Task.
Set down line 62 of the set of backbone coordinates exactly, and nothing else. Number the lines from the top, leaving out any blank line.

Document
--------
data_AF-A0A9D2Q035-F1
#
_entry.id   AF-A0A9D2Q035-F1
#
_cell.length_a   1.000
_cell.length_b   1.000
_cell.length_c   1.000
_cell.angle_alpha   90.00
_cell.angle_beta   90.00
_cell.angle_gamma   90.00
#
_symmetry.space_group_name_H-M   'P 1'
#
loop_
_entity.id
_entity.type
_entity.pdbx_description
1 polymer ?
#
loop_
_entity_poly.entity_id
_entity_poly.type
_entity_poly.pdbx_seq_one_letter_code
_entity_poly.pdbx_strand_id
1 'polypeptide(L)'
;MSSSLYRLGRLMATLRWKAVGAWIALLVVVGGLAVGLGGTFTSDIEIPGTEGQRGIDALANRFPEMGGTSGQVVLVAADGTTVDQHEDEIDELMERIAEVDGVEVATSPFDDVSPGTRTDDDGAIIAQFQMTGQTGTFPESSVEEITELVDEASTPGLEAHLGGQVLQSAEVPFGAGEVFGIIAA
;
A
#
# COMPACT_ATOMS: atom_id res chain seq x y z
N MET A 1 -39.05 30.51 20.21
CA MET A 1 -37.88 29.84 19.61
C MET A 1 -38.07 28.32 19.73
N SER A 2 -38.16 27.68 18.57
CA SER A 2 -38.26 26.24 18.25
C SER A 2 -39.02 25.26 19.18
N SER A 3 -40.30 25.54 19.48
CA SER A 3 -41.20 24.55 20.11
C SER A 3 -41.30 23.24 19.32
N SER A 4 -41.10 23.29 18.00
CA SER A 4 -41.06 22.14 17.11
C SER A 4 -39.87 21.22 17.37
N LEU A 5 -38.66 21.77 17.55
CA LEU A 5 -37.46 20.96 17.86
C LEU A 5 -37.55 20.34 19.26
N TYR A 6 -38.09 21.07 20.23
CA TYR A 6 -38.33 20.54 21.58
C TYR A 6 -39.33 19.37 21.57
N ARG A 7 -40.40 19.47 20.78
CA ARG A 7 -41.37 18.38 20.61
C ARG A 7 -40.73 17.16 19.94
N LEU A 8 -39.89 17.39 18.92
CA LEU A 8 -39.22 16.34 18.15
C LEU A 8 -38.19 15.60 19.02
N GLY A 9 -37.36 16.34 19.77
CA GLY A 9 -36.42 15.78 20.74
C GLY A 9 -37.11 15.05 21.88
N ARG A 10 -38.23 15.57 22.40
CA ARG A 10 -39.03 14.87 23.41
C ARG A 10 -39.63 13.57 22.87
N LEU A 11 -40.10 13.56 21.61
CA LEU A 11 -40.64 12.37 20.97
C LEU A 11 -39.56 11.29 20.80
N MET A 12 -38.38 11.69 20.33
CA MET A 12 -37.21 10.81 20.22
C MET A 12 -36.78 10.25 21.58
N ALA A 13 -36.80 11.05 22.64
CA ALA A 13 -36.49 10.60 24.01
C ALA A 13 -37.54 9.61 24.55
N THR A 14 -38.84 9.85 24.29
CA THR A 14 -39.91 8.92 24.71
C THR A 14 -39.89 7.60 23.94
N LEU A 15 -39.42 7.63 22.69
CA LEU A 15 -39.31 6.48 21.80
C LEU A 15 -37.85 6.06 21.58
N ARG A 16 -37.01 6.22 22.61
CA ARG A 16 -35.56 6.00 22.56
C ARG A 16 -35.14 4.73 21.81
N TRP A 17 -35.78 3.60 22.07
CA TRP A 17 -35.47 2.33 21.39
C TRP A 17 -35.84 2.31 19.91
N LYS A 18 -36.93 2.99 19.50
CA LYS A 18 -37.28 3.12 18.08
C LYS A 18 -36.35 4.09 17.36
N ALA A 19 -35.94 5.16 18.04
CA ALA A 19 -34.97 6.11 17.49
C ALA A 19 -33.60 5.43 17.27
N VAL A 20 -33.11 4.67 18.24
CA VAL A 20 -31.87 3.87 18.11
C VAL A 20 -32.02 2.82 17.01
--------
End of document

CA LEU A 11 -40.64 12.37 20.97